Importing Dogs and Cats to New Zealand
Is your job, retirement, or another new adventure taking you to New Zealand? Whatever the reason for your relocation, don't forget your pets. Bringing dogs to New Zealand is easier than you think if you plan and pay particular attention to import requirements.
A 180-day preparation period is necessary when importing dogs to New Zealand, and microchip implantation is several months before travel. A rabies vaccination, a rabies antibody test, and parasite treatments are also mandatory. Pets should be acclimated to their travel crates well before your move to minimize anxiousness on long flights.
Also, we recommend looking at our simple guide to bringing dogs and cats to New Zealand for more insight into the process, import permits, and quarantine.
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Regulations for Importing Pets to New Zealand
Attention: This information will be used as general guidelines and may not be updated to meet the current requirements. Before you travel, contact the appropriate authorities or a PetRelocation Specialist.
The following rules and requirements apply to dogs and cats entering New Zealand from the United States. If the following criteria have been fulfilled, the quarantine period for a dog or cat entering New Zealand is 180 days. Most (170) of these days can be completed in the country of origin. However, there is a minimum 10-day quarantine for all live animals entering the country.
Before beginning the import procedures, ensure the Government Veterinary Authority approves your vet in the country of origin. If a pet departs the United States, the vet must be USDA Accredited.
Note: Birds and other animals cannot be imported into New Zealand now (possible exceptions exist for pets from Australia). Please refer to the New Zealand Government website for more information.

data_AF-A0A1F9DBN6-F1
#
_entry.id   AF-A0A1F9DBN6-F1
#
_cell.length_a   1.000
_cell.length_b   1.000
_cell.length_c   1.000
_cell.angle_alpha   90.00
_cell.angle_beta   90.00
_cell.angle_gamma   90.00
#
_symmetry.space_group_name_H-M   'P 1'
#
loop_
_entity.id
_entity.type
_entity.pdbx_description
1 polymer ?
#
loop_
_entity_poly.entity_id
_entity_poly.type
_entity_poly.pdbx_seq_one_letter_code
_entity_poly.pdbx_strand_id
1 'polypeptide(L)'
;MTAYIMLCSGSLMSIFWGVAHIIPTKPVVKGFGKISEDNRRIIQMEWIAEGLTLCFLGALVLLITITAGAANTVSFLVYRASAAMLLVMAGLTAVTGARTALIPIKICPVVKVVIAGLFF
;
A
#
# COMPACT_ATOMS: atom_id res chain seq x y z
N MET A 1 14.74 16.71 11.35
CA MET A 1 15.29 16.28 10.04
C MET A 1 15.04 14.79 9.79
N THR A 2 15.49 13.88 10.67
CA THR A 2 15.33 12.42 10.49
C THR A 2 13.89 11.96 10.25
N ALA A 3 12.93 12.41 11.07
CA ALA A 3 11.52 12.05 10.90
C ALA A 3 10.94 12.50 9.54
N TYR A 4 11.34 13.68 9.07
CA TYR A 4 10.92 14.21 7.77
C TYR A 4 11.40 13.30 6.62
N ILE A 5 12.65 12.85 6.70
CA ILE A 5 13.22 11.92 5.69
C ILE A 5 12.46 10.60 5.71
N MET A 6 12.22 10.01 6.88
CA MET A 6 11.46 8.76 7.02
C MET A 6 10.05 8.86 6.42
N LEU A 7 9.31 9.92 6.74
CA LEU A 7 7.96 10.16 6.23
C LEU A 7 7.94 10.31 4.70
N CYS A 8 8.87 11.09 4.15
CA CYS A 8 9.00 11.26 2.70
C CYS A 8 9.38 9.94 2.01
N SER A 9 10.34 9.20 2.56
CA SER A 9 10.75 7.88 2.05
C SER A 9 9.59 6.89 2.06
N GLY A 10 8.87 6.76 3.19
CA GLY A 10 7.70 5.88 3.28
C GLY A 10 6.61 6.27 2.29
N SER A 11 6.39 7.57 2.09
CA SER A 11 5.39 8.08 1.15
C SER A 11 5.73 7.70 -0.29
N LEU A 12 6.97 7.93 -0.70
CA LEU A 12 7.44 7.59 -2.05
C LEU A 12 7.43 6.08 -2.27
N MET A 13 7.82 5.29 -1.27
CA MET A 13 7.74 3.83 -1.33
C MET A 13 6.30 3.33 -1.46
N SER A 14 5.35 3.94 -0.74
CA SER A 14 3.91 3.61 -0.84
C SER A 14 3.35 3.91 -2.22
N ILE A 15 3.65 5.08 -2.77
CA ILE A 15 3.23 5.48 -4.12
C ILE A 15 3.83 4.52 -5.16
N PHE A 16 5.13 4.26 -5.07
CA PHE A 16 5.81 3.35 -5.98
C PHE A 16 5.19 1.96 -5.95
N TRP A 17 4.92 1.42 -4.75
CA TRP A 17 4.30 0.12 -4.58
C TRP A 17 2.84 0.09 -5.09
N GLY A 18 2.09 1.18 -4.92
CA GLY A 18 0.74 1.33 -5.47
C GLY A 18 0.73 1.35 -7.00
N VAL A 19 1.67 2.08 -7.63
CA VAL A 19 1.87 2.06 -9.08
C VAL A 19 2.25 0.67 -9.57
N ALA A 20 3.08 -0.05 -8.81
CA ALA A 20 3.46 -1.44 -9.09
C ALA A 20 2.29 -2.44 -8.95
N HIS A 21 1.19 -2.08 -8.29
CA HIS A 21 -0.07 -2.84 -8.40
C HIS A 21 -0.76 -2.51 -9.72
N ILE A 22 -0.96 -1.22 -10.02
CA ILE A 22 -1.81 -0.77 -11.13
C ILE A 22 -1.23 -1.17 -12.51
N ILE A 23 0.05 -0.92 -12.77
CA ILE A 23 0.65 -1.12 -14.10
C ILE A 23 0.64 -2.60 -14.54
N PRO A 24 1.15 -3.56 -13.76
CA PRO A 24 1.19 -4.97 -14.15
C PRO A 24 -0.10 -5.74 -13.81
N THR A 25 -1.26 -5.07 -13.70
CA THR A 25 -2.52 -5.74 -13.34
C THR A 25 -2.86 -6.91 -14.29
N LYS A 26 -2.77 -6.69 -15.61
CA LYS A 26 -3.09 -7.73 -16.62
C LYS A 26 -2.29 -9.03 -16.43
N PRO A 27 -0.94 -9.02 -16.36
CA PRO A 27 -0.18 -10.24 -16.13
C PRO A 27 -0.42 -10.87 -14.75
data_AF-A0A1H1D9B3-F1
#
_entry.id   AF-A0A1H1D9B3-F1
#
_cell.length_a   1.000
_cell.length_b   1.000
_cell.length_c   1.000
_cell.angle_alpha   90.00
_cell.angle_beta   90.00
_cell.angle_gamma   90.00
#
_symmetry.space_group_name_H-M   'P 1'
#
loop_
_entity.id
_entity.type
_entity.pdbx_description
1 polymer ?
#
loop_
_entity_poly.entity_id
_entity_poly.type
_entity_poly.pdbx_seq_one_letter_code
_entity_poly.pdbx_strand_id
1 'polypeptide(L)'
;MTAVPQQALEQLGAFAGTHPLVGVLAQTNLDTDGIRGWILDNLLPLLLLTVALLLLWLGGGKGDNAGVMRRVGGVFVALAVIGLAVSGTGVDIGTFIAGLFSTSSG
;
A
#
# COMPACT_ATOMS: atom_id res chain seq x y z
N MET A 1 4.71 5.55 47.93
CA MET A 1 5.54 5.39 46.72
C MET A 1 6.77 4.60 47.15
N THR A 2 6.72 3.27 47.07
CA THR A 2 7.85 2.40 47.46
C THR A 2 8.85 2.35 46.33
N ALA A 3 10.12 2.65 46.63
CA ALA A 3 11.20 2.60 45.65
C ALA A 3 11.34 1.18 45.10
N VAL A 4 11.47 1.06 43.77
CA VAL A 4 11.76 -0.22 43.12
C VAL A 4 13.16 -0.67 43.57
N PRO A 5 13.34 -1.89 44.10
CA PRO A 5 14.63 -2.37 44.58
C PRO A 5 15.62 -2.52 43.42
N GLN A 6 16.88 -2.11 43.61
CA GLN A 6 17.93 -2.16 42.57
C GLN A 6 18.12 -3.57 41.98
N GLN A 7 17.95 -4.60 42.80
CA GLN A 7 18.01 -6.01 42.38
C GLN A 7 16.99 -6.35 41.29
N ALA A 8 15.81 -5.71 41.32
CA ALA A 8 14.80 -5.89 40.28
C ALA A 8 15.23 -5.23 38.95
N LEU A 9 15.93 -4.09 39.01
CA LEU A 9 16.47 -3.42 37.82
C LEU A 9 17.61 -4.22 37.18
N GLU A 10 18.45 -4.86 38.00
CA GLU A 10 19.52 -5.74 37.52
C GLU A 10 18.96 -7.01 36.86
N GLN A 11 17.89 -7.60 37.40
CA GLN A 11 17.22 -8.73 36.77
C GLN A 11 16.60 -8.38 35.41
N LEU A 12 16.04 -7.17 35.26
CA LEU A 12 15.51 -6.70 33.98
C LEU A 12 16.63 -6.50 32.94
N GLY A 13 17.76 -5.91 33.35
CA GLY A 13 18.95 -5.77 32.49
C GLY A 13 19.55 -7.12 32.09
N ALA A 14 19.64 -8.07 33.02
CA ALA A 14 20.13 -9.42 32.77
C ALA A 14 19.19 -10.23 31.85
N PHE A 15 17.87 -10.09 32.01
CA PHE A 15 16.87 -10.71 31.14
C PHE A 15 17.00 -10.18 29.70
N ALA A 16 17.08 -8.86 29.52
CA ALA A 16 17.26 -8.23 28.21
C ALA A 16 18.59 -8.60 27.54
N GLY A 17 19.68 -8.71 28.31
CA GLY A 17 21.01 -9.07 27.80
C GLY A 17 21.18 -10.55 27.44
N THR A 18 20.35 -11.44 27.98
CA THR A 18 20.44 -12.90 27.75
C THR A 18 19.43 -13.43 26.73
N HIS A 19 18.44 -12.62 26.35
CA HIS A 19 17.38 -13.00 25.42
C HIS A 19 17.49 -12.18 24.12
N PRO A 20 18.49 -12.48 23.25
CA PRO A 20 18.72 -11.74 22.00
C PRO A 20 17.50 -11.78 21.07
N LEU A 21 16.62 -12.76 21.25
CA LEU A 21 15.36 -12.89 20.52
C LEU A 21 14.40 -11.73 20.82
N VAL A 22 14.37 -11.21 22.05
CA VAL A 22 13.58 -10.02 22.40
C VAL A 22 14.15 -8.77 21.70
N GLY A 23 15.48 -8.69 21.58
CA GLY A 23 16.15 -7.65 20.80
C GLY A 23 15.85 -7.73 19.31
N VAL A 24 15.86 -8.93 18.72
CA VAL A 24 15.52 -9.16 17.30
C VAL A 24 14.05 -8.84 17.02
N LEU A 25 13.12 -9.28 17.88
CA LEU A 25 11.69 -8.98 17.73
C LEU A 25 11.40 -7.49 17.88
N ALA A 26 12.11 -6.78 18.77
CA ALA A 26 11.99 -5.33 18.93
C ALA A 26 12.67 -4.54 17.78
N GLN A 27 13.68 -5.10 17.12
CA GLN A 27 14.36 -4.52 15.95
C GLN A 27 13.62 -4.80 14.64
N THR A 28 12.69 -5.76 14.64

180 Days Before Arrival
Microchip and Rabies Vaccines
Each pet shall be identified using a microchip. No other form of identification is acceptable. The microchip should comply with ISO Standard 11784 or Annex A to ISO standard 11785. New Zealand currently accepts AVID 9 and AVID 10 in addition to ISO. The microchip must be implanted before the rabies vaccine is administered.
During import inspection at the time of arrival in New Zealand, if the microchip number is not confirmed or the microchip number is not the same as the inspection certificate, the pet will be subject to a 180-day quarantine period or returned to the country of origin.
After implant of the microchip, the pet receives a new rabies vaccination. This must be an “inactivated rabies vaccination.” Be sure to obtain certification of the period of validity for the particular vaccination that you obtain (can be a 1, 2 or 3 year vaccine). This must be given within 1 year of travel.
Three Months Before Arrival
After the rabies vaccination, you must wait at least 3 weeks (but not more than a year) before your pet can receive a rabies antibody test, also known as the Official Veterinarian Declaration (OVD), to ensure that the rabies vaccination has been provided adequate rabies antibody levels. The sample must be tested at a facility approved by the Government of New Zealand, and the blood test results must be 0.5 IU/ml or above.